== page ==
Mar 16, 2022 - Economy & Business

EQT buying Baring Private Equity Asia for $7.5 billion

A coin with the world on it

Illustration: Aïda Amer/Axios

When European private equity firm EQT went public in 2019, one of its top goals was to grow its small Asia footprint. On Wednesday it landed a size-15 boot.

Driving the news: EQT has agreed to buy Baring Private Equity Asia for around $7.5 billion in stock and cash.

Why it matters: EQT says this makes it the world's third-largest private manager focused on active ownership (i.e., excluding credit), behind Blackstone and KKR.

  • The firm has been on an acquisition spree, having last year expanded its U.S. real estate investing business via the purchase of Exeter Property Group and its European life sciences investing business via the purchase of LSP.

Backstory: EQT CEO Christian Sinding tells me that discussions between the two firms began last fall, after Hong Kong-based BPEA began prepping for an IPO. The two sides first met for dinner at a restaurant in Italy, which stretched out for six hours.

  • "We kept discussing discussing how much better it could be to be together rather than going it alone," says Sinding, who adds the deal wouldn't have been possible for EQT were it still privately held.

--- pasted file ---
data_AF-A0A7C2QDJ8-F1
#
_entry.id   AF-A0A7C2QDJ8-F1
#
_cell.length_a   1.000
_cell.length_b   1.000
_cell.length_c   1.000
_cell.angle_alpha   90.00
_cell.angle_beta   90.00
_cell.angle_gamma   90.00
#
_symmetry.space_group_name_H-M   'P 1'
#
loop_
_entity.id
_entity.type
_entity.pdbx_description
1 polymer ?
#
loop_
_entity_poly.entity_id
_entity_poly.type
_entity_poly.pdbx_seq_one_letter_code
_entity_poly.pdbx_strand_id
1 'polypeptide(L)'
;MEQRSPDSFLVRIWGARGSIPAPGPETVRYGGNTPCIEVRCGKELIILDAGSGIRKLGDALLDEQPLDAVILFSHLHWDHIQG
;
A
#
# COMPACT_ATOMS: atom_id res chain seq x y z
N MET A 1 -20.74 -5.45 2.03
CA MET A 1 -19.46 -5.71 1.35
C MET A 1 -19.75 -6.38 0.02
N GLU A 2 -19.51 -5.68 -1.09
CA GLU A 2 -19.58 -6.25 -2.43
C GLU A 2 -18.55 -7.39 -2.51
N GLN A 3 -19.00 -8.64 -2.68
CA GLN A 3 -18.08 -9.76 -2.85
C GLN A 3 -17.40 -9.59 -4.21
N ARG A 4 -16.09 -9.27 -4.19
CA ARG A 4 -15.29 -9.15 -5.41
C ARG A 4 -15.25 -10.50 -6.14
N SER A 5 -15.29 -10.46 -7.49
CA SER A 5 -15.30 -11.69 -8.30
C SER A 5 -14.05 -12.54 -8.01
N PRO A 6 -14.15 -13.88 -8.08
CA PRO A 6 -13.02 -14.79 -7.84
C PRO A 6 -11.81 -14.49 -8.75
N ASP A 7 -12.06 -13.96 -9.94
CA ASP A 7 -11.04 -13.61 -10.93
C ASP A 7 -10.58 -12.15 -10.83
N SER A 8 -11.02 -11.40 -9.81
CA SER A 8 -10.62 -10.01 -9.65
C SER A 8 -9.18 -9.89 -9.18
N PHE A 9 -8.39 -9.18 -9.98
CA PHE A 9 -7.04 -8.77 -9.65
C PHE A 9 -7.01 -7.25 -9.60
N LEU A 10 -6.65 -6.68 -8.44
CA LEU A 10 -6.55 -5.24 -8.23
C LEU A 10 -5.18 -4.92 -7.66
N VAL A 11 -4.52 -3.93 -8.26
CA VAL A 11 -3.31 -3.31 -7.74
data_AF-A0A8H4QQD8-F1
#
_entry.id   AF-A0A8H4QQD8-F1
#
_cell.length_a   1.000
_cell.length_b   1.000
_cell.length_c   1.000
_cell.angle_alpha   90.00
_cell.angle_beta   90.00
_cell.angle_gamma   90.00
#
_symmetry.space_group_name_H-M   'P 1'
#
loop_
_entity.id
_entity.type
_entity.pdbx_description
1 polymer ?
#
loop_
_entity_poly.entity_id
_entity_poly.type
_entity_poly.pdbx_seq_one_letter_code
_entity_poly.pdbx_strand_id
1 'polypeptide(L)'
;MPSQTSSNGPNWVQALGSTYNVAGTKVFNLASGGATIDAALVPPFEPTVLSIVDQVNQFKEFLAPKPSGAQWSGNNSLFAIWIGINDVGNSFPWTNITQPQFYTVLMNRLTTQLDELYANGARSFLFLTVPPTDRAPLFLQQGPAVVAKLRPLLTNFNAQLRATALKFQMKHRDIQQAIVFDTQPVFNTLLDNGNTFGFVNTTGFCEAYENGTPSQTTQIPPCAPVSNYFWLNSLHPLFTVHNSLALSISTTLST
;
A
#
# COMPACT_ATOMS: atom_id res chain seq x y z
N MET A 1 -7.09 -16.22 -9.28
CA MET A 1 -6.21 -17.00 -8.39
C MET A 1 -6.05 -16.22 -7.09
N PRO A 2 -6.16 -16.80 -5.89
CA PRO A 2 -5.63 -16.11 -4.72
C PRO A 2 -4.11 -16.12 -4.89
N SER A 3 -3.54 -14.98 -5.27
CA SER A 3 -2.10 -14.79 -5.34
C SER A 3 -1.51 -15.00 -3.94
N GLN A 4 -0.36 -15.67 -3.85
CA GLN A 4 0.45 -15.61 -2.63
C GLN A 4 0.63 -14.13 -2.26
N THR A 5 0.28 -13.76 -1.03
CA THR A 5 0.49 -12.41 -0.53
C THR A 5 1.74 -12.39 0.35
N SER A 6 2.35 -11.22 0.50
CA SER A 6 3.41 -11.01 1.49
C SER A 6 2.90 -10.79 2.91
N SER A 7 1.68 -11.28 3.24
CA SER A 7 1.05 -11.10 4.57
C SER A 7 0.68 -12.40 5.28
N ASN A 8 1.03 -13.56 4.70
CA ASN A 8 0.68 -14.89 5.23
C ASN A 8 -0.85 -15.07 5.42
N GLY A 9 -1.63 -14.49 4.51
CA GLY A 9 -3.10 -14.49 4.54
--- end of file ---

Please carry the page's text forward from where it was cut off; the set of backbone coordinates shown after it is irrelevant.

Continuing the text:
For EQT, this is both about sourcing new deals and new LPs.

  • “The private equity market in Asia is growing twice as fast as it is in the rest of the world, but it’s underpenetrated in terms of large, scaled players," Sinding says.
  • He also brushed aside concerns about possible geopolitical fallout were there to be a new development with China, such as official support for Russia's war or an invasion of Taiwan, saying BPEA has been careful not to concentrate its portfolio in any one country.

For BPEA, it's about partner liquidity and getting access to EQT's vast infrastructure, including its "Motherbrain" AI platform.

The bottom line: Expect more private equity consolidation, as firms seek to scale inorganically.

Go deeper